Friday, July 30, 2021

Fleeing Police, Driver Strikes and Kills Person Crossing River Road in Keizer

Wednesday on one of our bad stroads in Keizer, a person fleeing police struck and killed Becky Dietzel of Salem as she was attempting to cross on foot.

At Cummings, River Road is a five lane stroad

On Saturday State Police, who had taken over the investigation because police shot someone, identified the driver, Sean Beck of Olympia and Silverton, and Dietzel, the dead. Salem Reporter also found that a Grand Jury had deliberated and issued an indictment

for felony crimes of first-degree manslaughter, attempted aggravated murder with a firearm, unauthorized use of a motor vehicle, felon in possession of a firearm, failure to perform duties of a driver to injured persons, fleeing a police officer.

[Beck] also was indicated for driving under the influence of intoxicants, a misdemeanor, accused of having a blood alcohol level of .15....

Court records show Beck was charged in Lincoln City in 2016 for driving with a suspended license

Much of the developing story still showed our preference for insulating driving from criticism and fault. Even photos from a memorial vigil framed it as a mysterious instance of "hit by car," as if the car merely had fallen from the sky like a meteor.

The SJ caption frames it as a mysterious "hit by car"

Even when there are clear crimes and a bad actor, reporters and reports sometimes choose to erase the driver, refusing to make the driver the grammatical subject and moral agent, responsible for a death. This obfuscates the nature of driving, its "dangerous instrumentality." Our norms and conventions prefer the passive voice and "hit by car" formula, explaining away the terrible costs of our autoism.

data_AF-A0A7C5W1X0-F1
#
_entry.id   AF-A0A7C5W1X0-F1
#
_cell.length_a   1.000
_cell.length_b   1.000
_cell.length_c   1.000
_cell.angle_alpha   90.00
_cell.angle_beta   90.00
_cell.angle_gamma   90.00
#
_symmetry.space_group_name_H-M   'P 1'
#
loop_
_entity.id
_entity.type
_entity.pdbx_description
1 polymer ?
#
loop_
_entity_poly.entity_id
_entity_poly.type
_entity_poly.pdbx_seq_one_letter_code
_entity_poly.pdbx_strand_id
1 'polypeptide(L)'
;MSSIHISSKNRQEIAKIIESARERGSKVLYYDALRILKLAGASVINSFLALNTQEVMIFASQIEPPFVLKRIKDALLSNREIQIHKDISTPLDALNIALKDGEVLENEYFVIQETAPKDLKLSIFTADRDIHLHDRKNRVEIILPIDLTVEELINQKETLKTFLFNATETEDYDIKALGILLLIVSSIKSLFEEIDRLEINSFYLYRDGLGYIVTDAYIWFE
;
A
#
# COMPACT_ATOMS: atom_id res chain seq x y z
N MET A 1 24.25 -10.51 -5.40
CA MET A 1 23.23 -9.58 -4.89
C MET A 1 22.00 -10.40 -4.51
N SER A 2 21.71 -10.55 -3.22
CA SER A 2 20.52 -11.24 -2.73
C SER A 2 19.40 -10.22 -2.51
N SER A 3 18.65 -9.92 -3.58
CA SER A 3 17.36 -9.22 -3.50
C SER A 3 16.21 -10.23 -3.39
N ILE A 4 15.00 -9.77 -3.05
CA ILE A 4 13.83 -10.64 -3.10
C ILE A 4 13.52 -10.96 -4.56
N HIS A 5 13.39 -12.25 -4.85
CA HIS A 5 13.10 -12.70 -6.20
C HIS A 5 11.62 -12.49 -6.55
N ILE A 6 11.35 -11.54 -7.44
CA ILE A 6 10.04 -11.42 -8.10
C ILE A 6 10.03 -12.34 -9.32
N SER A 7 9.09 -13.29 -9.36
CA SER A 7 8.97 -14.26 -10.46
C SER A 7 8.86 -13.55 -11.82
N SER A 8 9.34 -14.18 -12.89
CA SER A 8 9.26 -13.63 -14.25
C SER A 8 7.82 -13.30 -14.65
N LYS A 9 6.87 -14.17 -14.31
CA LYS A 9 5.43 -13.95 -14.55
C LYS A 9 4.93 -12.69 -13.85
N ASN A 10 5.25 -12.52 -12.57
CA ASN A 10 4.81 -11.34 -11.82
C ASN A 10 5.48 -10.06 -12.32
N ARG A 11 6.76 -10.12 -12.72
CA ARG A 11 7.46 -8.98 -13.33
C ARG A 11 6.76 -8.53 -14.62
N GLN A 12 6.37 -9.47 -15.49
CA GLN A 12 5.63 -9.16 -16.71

As the media reports evolved, some did shift and appeared to settle on the driver's fault.

First story from Salem Reporter, which first employs the passive voice and erases the driver:

A police shooting and pursuit from Keizer into Salem Wednesday evening ended in a retailer parking lot in what video shows was a gunfight before a suspect was arrested.

Other video posted on social media and witness accounts indicate that a pedestrian was struck and killed in Keizer during the episode....

The statement [from Keizer PD] made no reference to a pedestrian death.

A second version from Salem Reporter with more detail and active verbs focusing on the driver:

Officers spoke to two men near the vehicle, which had been stolen, police said in a news release. One man was cooperative. The other "exchanged gunfire with officers and then fled in the vehicle," the release said.

Police said the driver fled southbound on River Road, striking and killing a pedestrian who was crossing the street near the intersection with Cummings Lane North in Keizer.

And in print, where there was a mixture of passive and active constructions.

Friday's paper

The lede employs the passive construction, erasing the driver: "A pedestrian was struck and killed in the midst of a police pursuit and shooting..." It's also got a little bit of that "police-involved shooting" euphemism.

But the headline is right and a couple of paragraphs down does not erase the driver: "As the man fled...he struck and killed a person crossing the street."

Much of the story will be swallowed up by the narrative of a police shooting, and the fact that the fleeing suspect killed a bystander may not receive adequate weight. It might also prompt more questions about the times and ways police choose to pursue suspects. They got their man, but at what cost? Several very human decisions, most of them preventable, set in motion this awful calamity, and we should think about them more instead of explaining them away as accidental and tolerable collateral damage for using our roads.

Dieztel deserves better.

This post may be updated.

Back in 2015 we said "troubling"
but really, how troubled are we?

Killed in 2021

Killed in 2020
Killed in 2019
Killed in 2018
Killed in 2017
Killed in 2016:
Killed in 2015:
On erasing the driver - Columbia Journalism Review